But this was no ordinary competition...
A notorious and perilous contest to its core, this particular tournament was like no other. Without giving you too much of a Professor Binns-esque history lesson, the story of the tournament went a little bit like this:
Dating back around 700 years, this contest of intelligence, courage and wizards-losing-their-minds-because-there’s-a-dragon-half-a-metre-away was traditionally held every five years between the three biggest wizarding schools in Europe: Durmstrang, Beauxbatons and Hogwarts.
After some, er, accidents (all three champions were injured in 1792), the contest petered out. That was until its revival two centuries later in 1994, when extra safety precautions were added by the organisers.
Muggle Olympics may have up to 300 events, but the Triwizard Tournament only had three tasks... and they were quite enough.
The rules were simple: each school was represented by a champion, chosen by the Goblet of Fire. The champions took part in three punishing tasks to win the Triwizard Cup, one thousand Galleons, eternal glory and probably eternal bruises.
The revival of the tournament was made a lot safer by the addition of an age limit: only students aged 17 and over could apply. At least, that was the plan.
Although every tournament in history had only ever had three champions, Harry Potter found himself chosen as the unprecedented fourth. The other three champions were Fleur Delacour of Beauxbatons, Viktor Krum of Durmstrang and Cedric Diggory of Hogwarts.
As with any sporting event, the tournament was not shy of politics behind the scenes. With Hogwarts having two champions, the mood turned sour as the school was seen to have an unfair advantage over Beauxbatons and Durmstrang.
To make matters worse, reports from The Daily Prophet neglected to state actual Hogwarts champion Diggory’s inclusion in the tournament, and cynics branded Harry a glory-hog and show off. Slytherin students even circulated ‘Potter Stinks’ badges.
By the day of the first task, 24 November, things were already heating up – which, to be fair, was probably also helped along by those huge dragons.
The challenge was to retrieve a golden egg from one of four immensely dangerous fire-breathing beasts, and somehow it ended with all four champions still intact. Potter and Krum came out in joint first place. Krum opted for a Conjunctivitis curse to confuse the dragon, whereas Potter went for the more sensible option of summoning his broomstick to play to his strengths as a skilled flyer.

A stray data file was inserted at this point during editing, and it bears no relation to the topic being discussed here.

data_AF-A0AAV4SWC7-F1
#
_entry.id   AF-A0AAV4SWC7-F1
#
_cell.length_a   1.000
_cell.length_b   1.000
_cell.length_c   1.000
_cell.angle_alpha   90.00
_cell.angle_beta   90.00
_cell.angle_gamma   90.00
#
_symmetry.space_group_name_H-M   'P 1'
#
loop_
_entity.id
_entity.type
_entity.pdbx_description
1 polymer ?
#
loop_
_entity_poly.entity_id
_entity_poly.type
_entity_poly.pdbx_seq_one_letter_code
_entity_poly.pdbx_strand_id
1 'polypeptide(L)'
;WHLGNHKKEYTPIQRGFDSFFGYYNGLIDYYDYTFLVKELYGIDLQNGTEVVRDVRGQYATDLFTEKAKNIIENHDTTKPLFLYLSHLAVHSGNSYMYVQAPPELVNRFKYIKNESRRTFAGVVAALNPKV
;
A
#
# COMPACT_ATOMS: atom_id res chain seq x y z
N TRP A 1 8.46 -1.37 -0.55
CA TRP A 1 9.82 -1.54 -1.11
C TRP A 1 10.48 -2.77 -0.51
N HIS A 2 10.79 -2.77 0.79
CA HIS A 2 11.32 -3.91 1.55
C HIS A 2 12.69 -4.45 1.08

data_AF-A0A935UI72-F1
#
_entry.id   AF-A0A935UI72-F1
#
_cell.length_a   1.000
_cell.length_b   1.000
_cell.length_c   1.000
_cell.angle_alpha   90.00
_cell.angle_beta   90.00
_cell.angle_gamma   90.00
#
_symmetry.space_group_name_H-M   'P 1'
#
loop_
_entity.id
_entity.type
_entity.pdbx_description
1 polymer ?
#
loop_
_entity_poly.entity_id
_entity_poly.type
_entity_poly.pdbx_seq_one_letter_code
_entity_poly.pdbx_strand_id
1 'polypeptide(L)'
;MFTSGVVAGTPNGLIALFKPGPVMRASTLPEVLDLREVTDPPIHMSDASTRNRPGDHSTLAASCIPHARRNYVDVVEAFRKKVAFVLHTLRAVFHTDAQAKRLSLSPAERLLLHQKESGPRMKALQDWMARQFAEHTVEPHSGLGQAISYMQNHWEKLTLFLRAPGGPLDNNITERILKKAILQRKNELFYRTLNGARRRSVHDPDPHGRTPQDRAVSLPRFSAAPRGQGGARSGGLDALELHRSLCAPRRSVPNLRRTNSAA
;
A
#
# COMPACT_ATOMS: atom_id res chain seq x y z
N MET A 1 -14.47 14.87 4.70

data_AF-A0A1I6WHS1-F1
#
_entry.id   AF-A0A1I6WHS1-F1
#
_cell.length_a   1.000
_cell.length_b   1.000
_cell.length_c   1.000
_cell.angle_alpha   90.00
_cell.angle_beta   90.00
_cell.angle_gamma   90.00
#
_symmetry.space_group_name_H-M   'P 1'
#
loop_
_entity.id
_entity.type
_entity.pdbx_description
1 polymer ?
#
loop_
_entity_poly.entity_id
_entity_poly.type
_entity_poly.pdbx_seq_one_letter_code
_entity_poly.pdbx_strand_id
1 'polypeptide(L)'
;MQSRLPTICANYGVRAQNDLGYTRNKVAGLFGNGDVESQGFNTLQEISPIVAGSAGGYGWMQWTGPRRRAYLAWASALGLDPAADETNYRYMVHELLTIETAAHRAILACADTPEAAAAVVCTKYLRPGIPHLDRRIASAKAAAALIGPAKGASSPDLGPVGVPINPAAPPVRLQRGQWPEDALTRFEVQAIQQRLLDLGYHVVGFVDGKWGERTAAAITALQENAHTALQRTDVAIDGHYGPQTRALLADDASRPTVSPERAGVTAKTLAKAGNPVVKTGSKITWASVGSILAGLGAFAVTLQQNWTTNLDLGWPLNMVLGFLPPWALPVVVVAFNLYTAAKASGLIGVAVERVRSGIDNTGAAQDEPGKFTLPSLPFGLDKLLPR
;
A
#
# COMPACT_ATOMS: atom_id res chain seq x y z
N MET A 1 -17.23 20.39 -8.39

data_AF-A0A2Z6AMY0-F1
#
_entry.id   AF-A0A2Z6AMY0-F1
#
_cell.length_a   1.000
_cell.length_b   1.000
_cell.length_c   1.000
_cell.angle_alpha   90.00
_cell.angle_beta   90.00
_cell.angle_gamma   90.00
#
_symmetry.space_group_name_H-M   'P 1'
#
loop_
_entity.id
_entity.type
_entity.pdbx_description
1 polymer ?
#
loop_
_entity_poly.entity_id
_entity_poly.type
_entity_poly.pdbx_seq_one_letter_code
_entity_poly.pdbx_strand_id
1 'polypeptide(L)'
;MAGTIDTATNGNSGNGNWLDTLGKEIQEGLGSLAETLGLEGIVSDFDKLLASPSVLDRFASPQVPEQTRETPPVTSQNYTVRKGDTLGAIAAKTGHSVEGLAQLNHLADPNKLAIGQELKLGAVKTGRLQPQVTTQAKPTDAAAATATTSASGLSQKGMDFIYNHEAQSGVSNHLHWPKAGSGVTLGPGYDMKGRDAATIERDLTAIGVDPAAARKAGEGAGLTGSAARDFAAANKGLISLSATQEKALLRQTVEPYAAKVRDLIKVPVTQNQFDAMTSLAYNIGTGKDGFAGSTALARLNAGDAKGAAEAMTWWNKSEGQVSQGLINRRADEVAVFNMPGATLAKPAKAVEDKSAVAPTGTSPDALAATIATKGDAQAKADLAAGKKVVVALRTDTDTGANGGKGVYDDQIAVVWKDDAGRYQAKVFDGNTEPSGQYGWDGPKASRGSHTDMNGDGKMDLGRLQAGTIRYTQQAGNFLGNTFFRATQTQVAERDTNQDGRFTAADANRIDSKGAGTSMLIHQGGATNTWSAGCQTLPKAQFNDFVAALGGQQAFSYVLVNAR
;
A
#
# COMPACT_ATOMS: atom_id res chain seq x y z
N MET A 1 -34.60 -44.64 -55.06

On 24 February, the champions, judges and supporters assembled at the edge of the lake for the second task. The merpeople had taken something that ‘you’ll sorely miss’ from each contestant, and the champions were given one hour to get it back.
For all four champions, that missing something turned out to be an important person in their lives: Hermione Granger was Krum’s captive, even though they’d been hanging out for about a day; Ron Weasley was, of course, Harry’s; Fleur’s little sister Gabrielle was taken to spur her on, while Cho Chang was Diggory’s ‘sorely missed’.
Despite finishing third, it was decided that Harry would be awarded second place after Diggory for saving everyone and showing ‘moral fibre’. Good on you, Harry.
Unbeknown to the outside world, the behind-the-scenes drama of the tournament was just as much of a whirlwind as the contest itself.
Judge Bartemius Crouch went missing and mad, while Ludo Bagman was faced with spiralling debts. After betting on Harry to win, the former Quidditch star spent the majority of the tournament freaking the 14-year-old out by offering him unsolicited help.
Of course, the wizarding world remained blissfully unaware of these strange goings-on.
Going into the third task, Harry and Diggory were tied in first place with Krum in second and Delacour positioned third.
On the evening of 24 June, the champions were tasked with traversing an imposing 20-foot-high maze full of obstacles, creatures and riddles. Little did Cedric Diggory’s fellow students or family know that this would be the last time they would see him alive.
Cedric and Harry made it to the centre of the maze and both clutched the Triwizard Cup as joint winners. But instead of enjoying a double victory for Hogwarts, the pair were thrust into unexpected danger.
The Triwizard Tournament was rocked forever when the Cup turned out to be a Portkey, which took Cedric and Harry to a graveyard far from Hogwarts where Diggory was killed by Peter Pettigrew. Harry managed to escape and return his fellow champion’s body to his family.
There were many deaths in Triwizard history, but Cedric’s was a defining moment and arguably marked the point at which the tournament stopped being a contest and became a war.